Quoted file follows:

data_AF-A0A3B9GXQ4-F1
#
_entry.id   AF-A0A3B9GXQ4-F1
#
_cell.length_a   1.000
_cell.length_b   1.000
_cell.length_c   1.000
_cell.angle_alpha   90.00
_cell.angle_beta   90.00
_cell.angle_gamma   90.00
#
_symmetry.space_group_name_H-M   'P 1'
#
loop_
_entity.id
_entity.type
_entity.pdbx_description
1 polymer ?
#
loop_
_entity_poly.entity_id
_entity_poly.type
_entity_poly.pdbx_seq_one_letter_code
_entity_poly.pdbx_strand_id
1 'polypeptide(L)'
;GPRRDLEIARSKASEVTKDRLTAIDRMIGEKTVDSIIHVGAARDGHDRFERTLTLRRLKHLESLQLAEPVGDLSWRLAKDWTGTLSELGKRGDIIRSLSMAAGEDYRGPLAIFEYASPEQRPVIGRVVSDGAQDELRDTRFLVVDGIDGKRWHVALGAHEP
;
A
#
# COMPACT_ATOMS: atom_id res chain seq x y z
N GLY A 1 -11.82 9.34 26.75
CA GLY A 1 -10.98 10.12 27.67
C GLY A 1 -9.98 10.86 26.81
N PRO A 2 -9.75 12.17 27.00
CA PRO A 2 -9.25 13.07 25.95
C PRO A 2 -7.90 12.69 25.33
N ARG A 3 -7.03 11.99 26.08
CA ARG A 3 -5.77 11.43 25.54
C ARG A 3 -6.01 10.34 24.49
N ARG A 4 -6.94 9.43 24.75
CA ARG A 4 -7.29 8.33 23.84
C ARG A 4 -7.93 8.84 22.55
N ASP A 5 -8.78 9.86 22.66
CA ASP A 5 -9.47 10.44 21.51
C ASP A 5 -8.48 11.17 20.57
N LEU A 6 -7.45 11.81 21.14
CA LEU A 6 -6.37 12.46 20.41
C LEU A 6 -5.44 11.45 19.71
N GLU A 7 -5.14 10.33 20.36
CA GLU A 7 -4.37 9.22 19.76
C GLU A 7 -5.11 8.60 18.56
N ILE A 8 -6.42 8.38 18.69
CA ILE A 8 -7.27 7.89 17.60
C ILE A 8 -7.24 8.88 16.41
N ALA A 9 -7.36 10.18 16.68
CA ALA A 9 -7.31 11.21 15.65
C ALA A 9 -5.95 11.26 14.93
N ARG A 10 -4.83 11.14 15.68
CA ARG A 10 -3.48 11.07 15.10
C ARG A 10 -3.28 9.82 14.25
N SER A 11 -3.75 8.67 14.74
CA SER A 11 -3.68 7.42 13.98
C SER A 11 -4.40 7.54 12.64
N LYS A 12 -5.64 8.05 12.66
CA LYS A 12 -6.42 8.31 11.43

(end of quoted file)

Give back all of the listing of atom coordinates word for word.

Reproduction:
data_AF-A0A3B9GXQ4-F1
#
_entry.id   AF-A0A3B9GXQ4-F1
#
_cell.length_a   1.000
_cell.length_b   1.000
_cell.length_c   1.000
_cell.angle_alpha   90.00
_cell.angle_beta   90.00
_cell.angle_gamma   90.00
#
_symmetry.space_group_name_H-M   'P 1'
#
loop_
_entity.id
_entity.type
_entity.pdbx_description
1 polymer ?
#
loop_
_entity_poly.entity_id
_entity_poly.type
_entity_poly.pdbx_seq_one_letter_code
_entity_poly.pdbx_strand_id
1 'polypeptide(L)'
;GPRRDLEIARSKASEVTKDRLTAIDRMIGEKTVDSIIHVGAARDGHDRFERTLTLRRLKHLESLQLAEPVGDLSWRLAKDWTGTLSELGKRGDIIRSLSMAAGEDYRGPLAIFEYASPEQRPVIGRVVSDGAQDELRDTRFLVVDGIDGKRWHVALGAHEP
;
A
#
# COMPACT_ATOMS: atom_id res chain seq x y z
N GLY A 1 -11.82 9.34 26.75
CA GLY A 1 -10.98 10.12 27.67
C GLY A 1 -9.98 10.86 26.81
N PRO A 2 -9.75 12.17 27.00
CA PRO A 2 -9.25 13.07 25.95
C PRO A 2 -7.90 12.69 25.33
N ARG A 3 -7.03 11.99 26.08
CA ARG A 3 -5.77 11.43 25.54
C ARG A 3 -6.01 10.34 24.49
N ARG A 4 -6.94 9.43 24.75
CA ARG A 4 -7.29 8.33 23.84
C ARG A 4 -7.93 8.84 22.55
N ASP A 5 -8.78 9.86 22.66
CA ASP A 5 -9.47 10.44 21.51
C ASP A 5 -8.48 11.17 20.57
N LEU A 6 -7.45 11.81 21.14
CA LEU A 6 -6.37 12.46 20.41
C LEU A 6 -5.44 11.45 19.71
N GLU A 7 -5.14 10.33 20.36
CA GLU A 7 -4.37 9.22 19.76
C GLU A 7 -5.11 8.60 18.56
N ILE A 8 -6.42 8.38 18.69
CA ILE A 8 -7.27 7.89 17.60
C ILE A 8 -7.24 8.88 16.41
N ALA A 9 -7.36 10.18 16.68
CA ALA A 9 -7.31 11.21 15.65
C ALA A 9 -5.95 11.26 14.93
N ARG A 10 -4.83 11.14 15.68
CA ARG A 10 -3.48 11.07 15.10
C ARG A 10 -3.28 9.82 14.25
N SER A 11 -3.75 8.67 14.74
CA SER A 11 -3.68 7.42 13.98
C SER A 11 -4.40 7.54 12.64
N LYS A 12 -5.64 8.05 12.66
CA LYS A 12 -6.42 8.31 11.43